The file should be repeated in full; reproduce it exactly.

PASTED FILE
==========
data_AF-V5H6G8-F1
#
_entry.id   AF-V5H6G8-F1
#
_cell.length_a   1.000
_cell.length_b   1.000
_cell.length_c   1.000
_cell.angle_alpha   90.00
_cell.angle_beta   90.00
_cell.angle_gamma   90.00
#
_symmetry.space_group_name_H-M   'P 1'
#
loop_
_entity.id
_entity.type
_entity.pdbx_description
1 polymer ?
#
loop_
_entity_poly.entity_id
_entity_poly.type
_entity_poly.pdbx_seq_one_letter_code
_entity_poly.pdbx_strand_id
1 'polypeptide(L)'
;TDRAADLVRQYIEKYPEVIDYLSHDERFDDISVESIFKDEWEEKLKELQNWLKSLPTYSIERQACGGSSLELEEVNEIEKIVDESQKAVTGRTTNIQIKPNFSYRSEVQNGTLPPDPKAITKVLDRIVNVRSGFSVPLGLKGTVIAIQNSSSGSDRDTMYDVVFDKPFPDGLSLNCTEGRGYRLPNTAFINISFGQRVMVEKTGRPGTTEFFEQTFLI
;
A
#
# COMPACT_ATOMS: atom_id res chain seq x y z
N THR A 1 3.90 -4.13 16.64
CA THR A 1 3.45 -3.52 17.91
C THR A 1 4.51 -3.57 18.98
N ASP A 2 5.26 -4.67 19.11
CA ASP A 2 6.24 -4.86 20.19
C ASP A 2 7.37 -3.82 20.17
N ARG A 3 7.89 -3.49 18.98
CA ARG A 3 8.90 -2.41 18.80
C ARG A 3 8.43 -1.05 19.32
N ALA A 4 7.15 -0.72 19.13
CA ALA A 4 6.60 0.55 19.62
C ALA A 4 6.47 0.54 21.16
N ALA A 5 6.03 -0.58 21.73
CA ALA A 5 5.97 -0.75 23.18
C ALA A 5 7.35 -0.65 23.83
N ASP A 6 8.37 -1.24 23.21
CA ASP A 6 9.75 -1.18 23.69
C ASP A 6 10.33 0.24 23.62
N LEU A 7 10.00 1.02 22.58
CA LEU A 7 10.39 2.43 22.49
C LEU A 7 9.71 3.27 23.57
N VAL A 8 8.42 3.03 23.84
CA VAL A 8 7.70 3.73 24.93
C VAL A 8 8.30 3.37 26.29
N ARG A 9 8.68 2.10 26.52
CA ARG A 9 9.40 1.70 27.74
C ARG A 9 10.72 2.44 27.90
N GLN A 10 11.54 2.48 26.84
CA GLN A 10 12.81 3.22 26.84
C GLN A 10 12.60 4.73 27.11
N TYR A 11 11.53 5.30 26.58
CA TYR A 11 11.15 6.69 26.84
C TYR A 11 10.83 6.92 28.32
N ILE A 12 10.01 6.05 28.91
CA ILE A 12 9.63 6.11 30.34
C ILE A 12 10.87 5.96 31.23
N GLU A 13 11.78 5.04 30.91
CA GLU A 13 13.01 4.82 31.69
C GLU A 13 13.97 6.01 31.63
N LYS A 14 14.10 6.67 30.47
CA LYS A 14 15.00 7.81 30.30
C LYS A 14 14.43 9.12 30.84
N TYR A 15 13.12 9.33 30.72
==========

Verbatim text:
data_AF-V5H6G8-F1
#
_entry.id   AF-V5H6G8-F1
#
_cell.length_a   1.000
_cell.length_b   1.000
_cell.length_c   1.000
_cell.angle_alpha   90.00
_cell.angle_beta   90.00
_cell.angle_gamma   90.00
#
_symmetry.space_group_name_H-M   'P 1'
#
loop_
_entity.id
_entity.type
_entity.pdbx_description
1 polymer ?
#
loop_
_entity_poly.entity_id
_entity_poly.type
_entity_poly.pdbx_seq_one_letter_code
_entity_poly.pdbx_strand_id
1 'polypeptide(L)'
;TDRAADLVRQYIEKYPEVIDYLSHDERFDDISVESIFKDEWEEKLKELQNWLKSLPTYSIERQACGGSSLELEEVNEIEKIVDESQKAVTGRTTNIQIKPNFSYRSEVQNGTLPPDPKAITKVLDRIVNVRSGFSVPLGLKGTVIAIQNSSSGSDRDTMYDVVFDKPFPDGLSLNCTEGRGYRLPNTAFINISFGQRVMVEKTGRPGTTEFFEQTFLI
;
A
#
# COMPACT_ATOMS: atom_id res chain seq x y z
N THR A 1 3.90 -4.13 16.64
CA THR A 1 3.45 -3.52 17.91
C THR A 1 4.51 -3.57 18.98
N ASP A 2 5.26 -4.67 19.11
CA ASP A 2 6.24 -4.86 20.19
C ASP A 2 7.37 -3.82 20.17
N ARG A 3 7.89 -3.49 18.98
CA ARG A 3 8.90 -2.41 18.80
C ARG A 3 8.43 -1.05 19.32
N ALA A 4 7.15 -0.72 19.13
CA ALA A 4 6.60 0.55 19.62
C ALA A 4 6.47 0.54 21.16
N ALA A 5 6.03 -0.58 21.73
CA ALA A 5 5.97 -0.75 23.18
C ALA A 5 7.35 -0.65 23.83
N ASP A 6 8.37 -1.24 23.21
CA ASP A 6 9.75 -1.18 23.69
C ASP A 6 10.33 0.24 23.62
N LEU A 7 10.00 1.02 22.58
CA LEU A 7 10.39 2.43 22.49
C LEU A 7 9.71 3.27 23.57
N VAL A 8 8.42 3.03 23.84
CA VAL A 8 7.70 3.73 24.93
C VAL A 8 8.30 3.37 26.29
N ARG A 9 8.68 2.10 26.52
CA ARG A 9 9.40 1.70 27.74
C ARG A 9 10.72 2.44 27.90
N GLN A 10 11.54 2.48 26.84
CA GLN A 10 12.81 3.22 26.84
C GLN A 10 12.60 4.73 27.11
N TYR A 11 11.53 5.30 26.58
CA TYR A 11 11.15 6.69 26.84
C TYR A 11 10.83 6.92 28.32
N ILE A 12 10.01 6.05 28.91
CA ILE A 12 9.63 6.11 30.34
C ILE A 12 10.87 5.96 31.23
N GLU A 13 11.78 5.04 30.91
CA GLU A 13 13.01 4.82 31.69
C GLU A 13 13.97 6.01 31.63
N LYS A 14 14.10 6.67 30.47
CA LYS A 14 15.00 7.81 30.30
C LYS A 14 14.43 9.12 30.84
N TYR A 15 13.12 9.33 30.72